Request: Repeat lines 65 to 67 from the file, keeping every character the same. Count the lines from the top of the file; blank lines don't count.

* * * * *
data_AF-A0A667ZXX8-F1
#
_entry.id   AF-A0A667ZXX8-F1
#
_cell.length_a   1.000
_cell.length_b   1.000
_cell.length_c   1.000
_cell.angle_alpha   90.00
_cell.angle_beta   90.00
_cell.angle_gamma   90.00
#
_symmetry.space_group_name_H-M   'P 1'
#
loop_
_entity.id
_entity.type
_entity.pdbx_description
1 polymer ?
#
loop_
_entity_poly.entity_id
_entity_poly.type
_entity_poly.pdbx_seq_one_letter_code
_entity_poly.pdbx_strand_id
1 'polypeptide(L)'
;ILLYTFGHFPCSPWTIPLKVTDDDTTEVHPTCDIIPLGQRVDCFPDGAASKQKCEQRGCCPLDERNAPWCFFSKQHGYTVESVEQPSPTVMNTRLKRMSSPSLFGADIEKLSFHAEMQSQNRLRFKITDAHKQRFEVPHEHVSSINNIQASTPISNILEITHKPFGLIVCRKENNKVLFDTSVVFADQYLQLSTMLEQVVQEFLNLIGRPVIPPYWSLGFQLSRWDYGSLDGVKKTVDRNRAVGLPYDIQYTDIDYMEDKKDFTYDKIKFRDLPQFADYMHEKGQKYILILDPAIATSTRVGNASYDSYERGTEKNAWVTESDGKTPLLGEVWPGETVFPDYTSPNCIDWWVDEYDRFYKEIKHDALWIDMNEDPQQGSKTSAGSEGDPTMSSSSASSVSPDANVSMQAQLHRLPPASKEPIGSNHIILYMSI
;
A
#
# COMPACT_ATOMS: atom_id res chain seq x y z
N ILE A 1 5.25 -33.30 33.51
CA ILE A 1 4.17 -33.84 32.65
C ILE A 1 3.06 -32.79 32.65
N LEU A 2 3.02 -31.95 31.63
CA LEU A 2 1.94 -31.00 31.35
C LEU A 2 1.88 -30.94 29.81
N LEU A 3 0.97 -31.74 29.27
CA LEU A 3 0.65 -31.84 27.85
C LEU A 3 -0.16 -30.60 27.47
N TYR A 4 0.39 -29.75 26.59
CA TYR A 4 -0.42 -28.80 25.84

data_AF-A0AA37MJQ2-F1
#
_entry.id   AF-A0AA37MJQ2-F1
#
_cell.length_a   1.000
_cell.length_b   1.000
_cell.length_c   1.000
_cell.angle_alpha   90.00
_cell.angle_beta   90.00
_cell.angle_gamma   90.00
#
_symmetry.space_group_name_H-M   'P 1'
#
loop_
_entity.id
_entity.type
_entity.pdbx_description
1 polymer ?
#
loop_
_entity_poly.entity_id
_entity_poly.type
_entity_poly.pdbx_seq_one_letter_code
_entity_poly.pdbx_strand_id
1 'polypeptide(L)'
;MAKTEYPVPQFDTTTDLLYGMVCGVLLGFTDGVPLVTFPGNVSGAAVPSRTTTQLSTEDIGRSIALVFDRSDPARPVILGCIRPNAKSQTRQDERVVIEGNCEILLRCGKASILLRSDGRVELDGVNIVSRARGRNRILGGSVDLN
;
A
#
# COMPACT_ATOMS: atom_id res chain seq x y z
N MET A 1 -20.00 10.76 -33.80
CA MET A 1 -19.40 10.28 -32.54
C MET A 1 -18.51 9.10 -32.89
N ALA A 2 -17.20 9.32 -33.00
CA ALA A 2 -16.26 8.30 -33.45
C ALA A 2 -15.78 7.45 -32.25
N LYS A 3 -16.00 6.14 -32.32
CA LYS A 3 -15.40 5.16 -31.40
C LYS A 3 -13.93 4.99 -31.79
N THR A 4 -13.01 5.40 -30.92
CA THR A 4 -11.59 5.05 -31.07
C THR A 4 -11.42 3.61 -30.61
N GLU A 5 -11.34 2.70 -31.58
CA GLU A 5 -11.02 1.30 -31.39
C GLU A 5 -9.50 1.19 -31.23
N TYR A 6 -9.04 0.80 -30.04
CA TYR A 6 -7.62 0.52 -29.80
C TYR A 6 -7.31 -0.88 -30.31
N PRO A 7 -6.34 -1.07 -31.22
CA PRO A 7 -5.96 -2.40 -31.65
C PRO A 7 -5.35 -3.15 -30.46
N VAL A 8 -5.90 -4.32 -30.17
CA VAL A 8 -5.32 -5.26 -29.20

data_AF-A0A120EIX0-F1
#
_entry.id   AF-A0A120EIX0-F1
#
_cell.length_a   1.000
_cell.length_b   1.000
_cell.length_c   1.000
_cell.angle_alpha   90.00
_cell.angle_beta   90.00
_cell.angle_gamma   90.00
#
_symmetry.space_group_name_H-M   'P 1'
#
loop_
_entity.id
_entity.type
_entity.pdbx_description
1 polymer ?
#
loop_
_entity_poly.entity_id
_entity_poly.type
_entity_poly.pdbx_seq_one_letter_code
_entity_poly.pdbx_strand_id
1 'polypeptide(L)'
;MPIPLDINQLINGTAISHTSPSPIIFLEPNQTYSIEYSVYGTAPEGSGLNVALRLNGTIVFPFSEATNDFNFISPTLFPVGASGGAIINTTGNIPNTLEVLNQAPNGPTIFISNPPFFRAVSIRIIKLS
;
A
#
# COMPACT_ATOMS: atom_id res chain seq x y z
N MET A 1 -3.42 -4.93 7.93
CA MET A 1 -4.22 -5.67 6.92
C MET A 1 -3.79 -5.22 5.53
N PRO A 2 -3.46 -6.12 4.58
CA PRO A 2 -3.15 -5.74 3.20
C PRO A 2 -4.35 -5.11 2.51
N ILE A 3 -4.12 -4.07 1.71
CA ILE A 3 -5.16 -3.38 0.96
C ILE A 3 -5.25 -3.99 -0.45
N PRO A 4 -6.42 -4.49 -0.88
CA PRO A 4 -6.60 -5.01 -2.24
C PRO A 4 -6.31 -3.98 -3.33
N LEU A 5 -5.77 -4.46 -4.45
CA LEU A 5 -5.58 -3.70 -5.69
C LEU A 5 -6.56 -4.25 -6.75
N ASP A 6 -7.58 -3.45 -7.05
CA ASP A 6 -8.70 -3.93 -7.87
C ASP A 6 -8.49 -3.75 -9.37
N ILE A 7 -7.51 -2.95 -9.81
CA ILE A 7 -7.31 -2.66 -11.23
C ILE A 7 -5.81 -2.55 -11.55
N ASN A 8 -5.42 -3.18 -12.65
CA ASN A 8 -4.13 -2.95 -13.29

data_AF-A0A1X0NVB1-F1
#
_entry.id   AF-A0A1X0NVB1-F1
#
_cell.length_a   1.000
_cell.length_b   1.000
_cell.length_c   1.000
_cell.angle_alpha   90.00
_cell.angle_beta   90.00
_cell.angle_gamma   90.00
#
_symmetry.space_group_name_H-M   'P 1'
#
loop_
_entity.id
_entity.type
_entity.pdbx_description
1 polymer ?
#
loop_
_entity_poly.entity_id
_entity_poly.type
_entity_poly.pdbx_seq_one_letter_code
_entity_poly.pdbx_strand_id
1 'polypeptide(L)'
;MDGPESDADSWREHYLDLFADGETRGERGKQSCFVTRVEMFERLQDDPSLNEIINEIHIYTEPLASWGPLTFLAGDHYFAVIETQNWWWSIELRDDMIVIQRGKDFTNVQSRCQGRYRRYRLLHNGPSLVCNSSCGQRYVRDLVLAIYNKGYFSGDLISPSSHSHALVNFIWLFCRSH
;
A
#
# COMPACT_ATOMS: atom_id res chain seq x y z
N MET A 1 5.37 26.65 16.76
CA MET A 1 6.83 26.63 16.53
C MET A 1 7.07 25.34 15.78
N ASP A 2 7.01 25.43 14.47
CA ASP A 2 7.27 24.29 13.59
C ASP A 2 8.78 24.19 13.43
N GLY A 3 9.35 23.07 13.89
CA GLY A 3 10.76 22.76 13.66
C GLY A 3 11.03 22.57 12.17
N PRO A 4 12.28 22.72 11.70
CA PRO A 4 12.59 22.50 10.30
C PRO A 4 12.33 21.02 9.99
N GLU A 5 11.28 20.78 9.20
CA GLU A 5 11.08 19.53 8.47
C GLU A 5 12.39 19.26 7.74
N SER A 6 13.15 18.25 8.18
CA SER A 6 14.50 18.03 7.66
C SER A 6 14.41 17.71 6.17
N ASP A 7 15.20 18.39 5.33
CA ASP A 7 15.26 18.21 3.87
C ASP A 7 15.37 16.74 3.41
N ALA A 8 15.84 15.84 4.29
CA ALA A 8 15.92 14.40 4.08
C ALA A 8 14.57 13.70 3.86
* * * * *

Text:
_entity_poly.pdbx_strand_id
1 'polypeptide(L)'
;MAKTEYPVPQFDTTTDLLYGMVCGVLLGFTDGVPLVTFPGNVSGAAVPSRTTTQLSTEDIGRSIALVFDRSDPARPVILGCIRPNAKSQTRQDERVVIEGNCEILLRCGKASILLRSDGRVELDGVNIVSRARGRNRILGGSVDLN